You may not realise it but you’re currently participating in a high-stakes trial of a new response to the pandemic, and no it’s not another vaccine. We’re all part of an economic policy revolution whose proponents say it will super-charge the recovery but whose critics fear it may take us back to the bad old days of runaway inflation.
You’ve probably heard a lot about inflation recently. Last week inflation in the UK rose from just 0.7 per cent to 1.5 per cent. The previous week saw an even bigger jump in the United States, up to 4.2 per cent. Cue warnings that the inflation genie is out of the bottle.
So what is this policy revolution? Central banks and governments have changed the way they think about inflation, with huge implications for all of us. Let me explain how.
Generally, a little bit of stable inflation is a good thing — it helps grease the wheels of the economy. But if it gets out of hand it can be very difficult to get back under control. The last time that happened in the Seventies and Eighties many economies had to endure recessions, high interest rates, soaring repossessions, plunging house prices and years of high unemployment. So if the inflation genie does get out of the bottle again, getting it back in would have serious side-effects for all of us.
That’s why, ever since the Eighties, central banks have seen their main role as bearing down on inflation from above to stop it getting out of control. But after the long and difficult recovery from the 2008 global financial crisis, they’ve turned that on its head. Their main aim now is to prevent economies getting trapped in a cycle of low inflation and low growth, where rock-bottom interest rates have less and less power to boost economies when recession hits.
This new revolution has gone furthest in the US though, and as usual in economics we’re all following in their wake. The US central bank — the Federal Reserve — is now saying they want to see inflation higher than their two per cent target. They actively want to run the economy hot in order to get as many people as possible into work, and they’ve said they won’t start to raise interest rates to cool things down until they’ve actually seen higher inflation for some time — “waiting to see the whites of its eyes” as the phrase goes. So is that happening already? No. What we’re seeing at the moment isn’t really inflation, it’s just prices adjusting to the lifting of restrictions. That might sound odd — after all, what is inflation if not prices adjusting? But actually they’re very different things.
Consider that recent jump in the US inflation data. Most of the monthly increase was due to hotels, air fares and used car prices. We all know that you pay more for a hotel or a flight during peak holiday season, yet we don’t suddenly worry about soaring inflation every July and December. The same thing is happening now as people start planning the holidays they’ve been denied. Similarly, used car prices jumped by 10 per cent in a single month, as people returned to their commutes and car manufacturers grapple with a temporary global shortage of the microchips that run modern cars. Nobody thinks that used car prices are going to go on rising by 10 per cent every month.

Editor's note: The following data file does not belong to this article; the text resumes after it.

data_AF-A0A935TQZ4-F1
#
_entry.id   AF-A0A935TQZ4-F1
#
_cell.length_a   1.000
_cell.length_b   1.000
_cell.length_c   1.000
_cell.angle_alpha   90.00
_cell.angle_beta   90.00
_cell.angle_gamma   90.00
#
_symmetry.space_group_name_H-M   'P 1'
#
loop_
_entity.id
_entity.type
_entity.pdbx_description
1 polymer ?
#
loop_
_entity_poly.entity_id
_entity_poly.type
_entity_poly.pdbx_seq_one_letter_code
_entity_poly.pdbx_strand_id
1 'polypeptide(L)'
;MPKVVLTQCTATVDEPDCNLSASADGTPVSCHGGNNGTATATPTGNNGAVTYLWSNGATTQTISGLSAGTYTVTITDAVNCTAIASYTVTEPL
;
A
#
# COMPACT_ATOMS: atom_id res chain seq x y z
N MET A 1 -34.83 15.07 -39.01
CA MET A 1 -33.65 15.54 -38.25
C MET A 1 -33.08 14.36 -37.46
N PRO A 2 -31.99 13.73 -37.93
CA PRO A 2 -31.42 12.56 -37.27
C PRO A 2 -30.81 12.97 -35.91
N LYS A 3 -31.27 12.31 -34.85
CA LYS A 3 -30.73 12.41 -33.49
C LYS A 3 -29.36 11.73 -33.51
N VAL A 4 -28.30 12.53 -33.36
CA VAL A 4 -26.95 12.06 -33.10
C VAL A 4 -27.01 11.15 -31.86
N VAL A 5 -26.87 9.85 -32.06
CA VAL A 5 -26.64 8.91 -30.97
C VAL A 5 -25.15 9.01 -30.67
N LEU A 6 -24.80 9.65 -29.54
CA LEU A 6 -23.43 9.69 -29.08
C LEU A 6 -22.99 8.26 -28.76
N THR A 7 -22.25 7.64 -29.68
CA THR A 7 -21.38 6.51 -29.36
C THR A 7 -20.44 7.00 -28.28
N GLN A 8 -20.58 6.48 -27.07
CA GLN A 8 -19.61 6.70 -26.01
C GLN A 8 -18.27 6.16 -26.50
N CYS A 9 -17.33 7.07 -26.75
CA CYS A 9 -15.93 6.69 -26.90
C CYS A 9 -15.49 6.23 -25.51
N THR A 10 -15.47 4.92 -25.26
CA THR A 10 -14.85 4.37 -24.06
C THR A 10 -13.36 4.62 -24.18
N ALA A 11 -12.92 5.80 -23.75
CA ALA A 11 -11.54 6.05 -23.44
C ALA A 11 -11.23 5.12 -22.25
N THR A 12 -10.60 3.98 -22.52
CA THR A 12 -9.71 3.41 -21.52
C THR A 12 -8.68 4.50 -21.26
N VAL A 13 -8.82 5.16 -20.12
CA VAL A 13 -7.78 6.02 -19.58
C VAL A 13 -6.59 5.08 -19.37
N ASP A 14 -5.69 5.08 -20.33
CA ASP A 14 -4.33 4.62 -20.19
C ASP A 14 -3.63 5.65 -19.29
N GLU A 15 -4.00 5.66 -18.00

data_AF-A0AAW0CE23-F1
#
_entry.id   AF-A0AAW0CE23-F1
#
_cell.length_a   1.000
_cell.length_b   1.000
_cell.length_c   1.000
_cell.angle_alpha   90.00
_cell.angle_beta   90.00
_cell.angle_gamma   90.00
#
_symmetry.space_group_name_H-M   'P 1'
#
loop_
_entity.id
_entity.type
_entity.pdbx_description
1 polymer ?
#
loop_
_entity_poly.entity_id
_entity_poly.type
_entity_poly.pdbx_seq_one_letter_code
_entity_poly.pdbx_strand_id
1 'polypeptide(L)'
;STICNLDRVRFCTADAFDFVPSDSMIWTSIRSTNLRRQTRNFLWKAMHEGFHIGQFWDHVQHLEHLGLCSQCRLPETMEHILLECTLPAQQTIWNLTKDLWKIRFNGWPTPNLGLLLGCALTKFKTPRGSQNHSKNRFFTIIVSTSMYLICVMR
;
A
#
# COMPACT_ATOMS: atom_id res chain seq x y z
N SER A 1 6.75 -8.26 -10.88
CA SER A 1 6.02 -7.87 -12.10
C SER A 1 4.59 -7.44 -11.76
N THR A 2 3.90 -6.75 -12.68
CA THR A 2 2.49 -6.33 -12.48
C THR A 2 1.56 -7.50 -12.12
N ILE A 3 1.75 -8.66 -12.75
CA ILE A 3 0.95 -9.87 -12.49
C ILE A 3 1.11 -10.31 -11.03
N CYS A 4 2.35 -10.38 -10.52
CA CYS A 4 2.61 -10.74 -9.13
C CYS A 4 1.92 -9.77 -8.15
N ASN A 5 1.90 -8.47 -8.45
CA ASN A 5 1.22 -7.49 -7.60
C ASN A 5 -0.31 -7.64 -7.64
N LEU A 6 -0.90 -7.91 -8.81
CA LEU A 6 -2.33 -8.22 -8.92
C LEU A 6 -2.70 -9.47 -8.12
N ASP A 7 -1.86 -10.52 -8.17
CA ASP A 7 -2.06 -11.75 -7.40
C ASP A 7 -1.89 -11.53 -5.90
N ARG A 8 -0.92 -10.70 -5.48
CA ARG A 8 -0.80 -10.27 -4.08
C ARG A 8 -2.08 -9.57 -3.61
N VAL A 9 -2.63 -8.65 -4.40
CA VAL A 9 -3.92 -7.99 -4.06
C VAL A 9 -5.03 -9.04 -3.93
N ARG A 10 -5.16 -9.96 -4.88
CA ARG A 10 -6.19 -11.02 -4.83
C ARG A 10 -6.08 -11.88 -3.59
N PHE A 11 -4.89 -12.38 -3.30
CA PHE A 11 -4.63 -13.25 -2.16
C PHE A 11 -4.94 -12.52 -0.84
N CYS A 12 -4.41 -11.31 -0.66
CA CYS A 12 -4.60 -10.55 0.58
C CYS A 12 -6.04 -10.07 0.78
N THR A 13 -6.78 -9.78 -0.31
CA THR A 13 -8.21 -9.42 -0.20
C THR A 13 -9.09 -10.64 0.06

That’s what real inflation would look like — if our expectations for the future started to factor in repeated price increases in the goods and services we buy year after year. That’s when you’d see the vicious circle of inflation: employees asking for higher wages every year just to keep up with the cost of living, and companies passing on those wage costs in ever higher prices.
So the real test of this policy revolution isn’t a few temporary high inflation prints over the summer as economies reopen and prices adjust; it can only be judged over several years.
People’s expectations for future inflation are famously difficult to forecast, but thankfully it seems that they’re also pretty hard to shift, especially after many years of low and stable inflation. And a lot of people are still looking for work, so there’s plenty of scope for growth before inflation pressures start to build.
Most likely the policy revolution will keep our economies growing rapidly and creating more good jobs without letting our expectations for future inflation get out of control. If so, then, that trial we’re all part of will be judged a success and the Bank of England and Treasury will breathe a sigh of relief. If not then the side effects could be painful.
Rupert Harrison is a former chair of the Council of Economic Advisers and a multi-asset portfolio manager at BlackRock